Right to Work
The Right to Work: Can There Be A Natural Level Of Unemployment?
By Christopher Wood for The Economic Monitor, Summer 2007
Ironically the industry most associated with the assembly line may be in the process of dis-assembling itself. Daimler-Benz is reviewing its options with Chrysler, which it swallowed in 1998 and this could result in another 13,000 in job losses.
Recently Alcoa announced job cuts of 6,700; before that VW was in the news with up to 10,000 in job losses. France Telecom needed to eliminate 23,000 jobs; Whirlpool, Electric Boat, BA and Merck have also been “right-sizing” as well. The list goes on and even the venerable institution of the church has not escaped with the US Presbyterian Church announcing a modest reduction of 75 positions.
In January the International Labour Organization, in its annual report on employment trends, noted that even though more people were employed that ever before the number of new jobs created fails to match the rise in global population. Strong global economic growth is failing to reduce unemployment worldwide and the number of “working poor”, those on $2 per day or less, is not diminishing.
Spare a thought for all those who, perhaps through no fault of their own, either have no work or are thrown out of work? Indeed, as work becomes increasingly commoditized and the economic ramifications of globalization penetrate ever deeper the subject of work, or more importantly, its lack becomes of vital and universal interest.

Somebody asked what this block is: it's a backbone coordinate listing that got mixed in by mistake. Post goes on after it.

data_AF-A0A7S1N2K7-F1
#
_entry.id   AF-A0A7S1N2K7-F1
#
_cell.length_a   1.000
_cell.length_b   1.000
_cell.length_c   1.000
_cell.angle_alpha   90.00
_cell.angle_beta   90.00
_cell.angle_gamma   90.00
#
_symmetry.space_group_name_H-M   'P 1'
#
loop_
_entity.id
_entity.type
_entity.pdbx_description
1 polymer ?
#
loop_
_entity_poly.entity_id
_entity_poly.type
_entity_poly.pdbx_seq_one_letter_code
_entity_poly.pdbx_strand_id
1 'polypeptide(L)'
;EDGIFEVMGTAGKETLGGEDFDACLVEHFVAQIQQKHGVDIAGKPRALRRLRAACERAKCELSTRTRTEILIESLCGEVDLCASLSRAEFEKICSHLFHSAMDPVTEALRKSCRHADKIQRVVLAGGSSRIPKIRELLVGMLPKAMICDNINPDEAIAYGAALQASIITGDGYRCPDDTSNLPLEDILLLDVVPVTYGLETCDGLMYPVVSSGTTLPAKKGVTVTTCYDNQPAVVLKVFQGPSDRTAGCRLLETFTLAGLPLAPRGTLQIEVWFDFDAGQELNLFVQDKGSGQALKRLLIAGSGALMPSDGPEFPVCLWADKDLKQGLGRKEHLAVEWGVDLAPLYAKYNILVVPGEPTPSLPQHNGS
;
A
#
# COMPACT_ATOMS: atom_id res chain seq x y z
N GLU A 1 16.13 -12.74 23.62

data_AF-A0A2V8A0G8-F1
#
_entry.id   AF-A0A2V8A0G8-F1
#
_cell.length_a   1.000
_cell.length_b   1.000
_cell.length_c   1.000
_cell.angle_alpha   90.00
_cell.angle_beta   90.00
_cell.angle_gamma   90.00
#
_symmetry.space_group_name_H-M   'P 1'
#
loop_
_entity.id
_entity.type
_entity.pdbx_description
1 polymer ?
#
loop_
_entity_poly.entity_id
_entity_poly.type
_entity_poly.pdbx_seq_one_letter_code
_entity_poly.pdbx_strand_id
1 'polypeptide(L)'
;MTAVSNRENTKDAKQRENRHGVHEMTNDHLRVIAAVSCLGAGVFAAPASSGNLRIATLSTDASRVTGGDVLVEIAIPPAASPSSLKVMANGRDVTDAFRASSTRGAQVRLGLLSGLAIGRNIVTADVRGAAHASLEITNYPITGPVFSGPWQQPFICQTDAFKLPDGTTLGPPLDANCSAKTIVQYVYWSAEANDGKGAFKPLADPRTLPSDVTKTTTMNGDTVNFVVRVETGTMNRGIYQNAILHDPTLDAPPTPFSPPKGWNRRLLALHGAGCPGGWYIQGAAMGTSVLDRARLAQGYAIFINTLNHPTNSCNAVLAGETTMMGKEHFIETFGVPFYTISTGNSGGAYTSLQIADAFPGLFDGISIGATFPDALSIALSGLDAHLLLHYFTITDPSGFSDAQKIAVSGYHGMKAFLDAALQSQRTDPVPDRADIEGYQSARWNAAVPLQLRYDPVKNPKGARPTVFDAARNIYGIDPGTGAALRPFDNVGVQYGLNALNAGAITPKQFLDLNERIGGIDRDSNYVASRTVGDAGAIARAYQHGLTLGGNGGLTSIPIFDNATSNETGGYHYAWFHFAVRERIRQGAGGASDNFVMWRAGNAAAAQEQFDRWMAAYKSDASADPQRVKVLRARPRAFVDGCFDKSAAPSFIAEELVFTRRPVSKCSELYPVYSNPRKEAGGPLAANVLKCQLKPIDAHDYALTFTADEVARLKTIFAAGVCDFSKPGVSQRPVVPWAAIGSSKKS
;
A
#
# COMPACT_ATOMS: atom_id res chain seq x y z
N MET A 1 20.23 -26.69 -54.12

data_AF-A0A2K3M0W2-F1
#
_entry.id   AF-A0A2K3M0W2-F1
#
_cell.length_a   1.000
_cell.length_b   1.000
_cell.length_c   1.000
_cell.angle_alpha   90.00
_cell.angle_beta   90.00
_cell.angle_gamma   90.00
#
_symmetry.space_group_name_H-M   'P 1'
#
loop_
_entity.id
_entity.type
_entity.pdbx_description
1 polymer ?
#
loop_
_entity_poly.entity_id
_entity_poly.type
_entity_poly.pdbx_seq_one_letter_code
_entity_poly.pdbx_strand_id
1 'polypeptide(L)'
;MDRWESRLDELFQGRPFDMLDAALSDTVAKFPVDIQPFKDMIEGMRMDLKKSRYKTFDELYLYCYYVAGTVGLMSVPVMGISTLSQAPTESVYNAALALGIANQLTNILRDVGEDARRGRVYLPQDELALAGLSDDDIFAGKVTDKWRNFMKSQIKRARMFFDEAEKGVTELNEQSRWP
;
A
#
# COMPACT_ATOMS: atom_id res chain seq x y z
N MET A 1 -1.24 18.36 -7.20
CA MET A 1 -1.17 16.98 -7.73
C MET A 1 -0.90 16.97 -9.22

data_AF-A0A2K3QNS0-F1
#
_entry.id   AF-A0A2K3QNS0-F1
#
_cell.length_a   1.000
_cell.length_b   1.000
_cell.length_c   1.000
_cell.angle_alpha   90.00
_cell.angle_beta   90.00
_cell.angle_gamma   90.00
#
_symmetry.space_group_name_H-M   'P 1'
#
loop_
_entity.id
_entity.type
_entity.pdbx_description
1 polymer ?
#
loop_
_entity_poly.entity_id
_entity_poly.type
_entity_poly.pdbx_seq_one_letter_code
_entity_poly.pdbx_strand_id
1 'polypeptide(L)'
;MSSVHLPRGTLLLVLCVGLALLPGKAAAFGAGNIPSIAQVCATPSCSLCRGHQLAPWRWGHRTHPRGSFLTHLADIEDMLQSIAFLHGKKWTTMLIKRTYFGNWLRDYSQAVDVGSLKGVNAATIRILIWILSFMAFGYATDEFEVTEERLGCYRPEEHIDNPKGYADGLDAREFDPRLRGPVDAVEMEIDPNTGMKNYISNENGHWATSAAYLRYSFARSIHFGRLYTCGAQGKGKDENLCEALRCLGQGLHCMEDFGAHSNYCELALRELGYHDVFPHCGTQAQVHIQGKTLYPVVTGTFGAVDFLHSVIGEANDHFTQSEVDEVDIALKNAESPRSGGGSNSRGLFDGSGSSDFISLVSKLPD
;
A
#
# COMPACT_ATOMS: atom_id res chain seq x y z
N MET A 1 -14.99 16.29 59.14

In an economic system where the market is relied upon to deliver solutions should we not merely allow matters to run their course? The answer to this lies in how one views the subject of work. If labour is merely a factor of production, a commodity bereft of its human element that will generate a certain response. However in a just and equitable society should unemployment merely be managed or, better yet, eliminated? Should it be anyone’s job to help the un-employed get employed?
As long as the view exists that in a market-based economy there will be a natural level of employment, any level of unemployment, for those that want to work, will remain an intractable issue. Challenging the received wisdom that a percentage of the work-force has to be idle requires looking at the subject from a different perspective. Wendell Berry and Khalil Gibran help in opening up the view.
Berry, a writer, philosopher and poet shared a close intellectual bond with E. F. Schumacher. In his 1981 lecture to the Schumacher Society in Great Barrington, Massachusetts he had this to say:
People are joined to the land by work. Land, work, people, and community are all comprehended in the idea of culture. . . . To presume to describe land, work, people, and community by information, by quantities, seems invariably to throw them into competition with one another. Work is then understood to exploit the land, the people to exploit their work, the community to exploit its people. And then instead of land, work, people, and community, we have the industrial categories of resources, labor, management, consumers and government. We have exchanged harmony for an interminable fuss.
By contrast Almustafa, the Prophet in Gibran’s masterpiece, when questioned by the ploughman on the subject of work, answered:
You work that you may keep pace with the earth and the soul of the earth. For to be idle is to become a stranger unto the seasons, and to step out of life’s procession, that marches in majesty and proud submission towards the infinite. . . . But I say to you that when you work you fulfill a part of earth’s furthest dream assigned to you when that dream was born . . .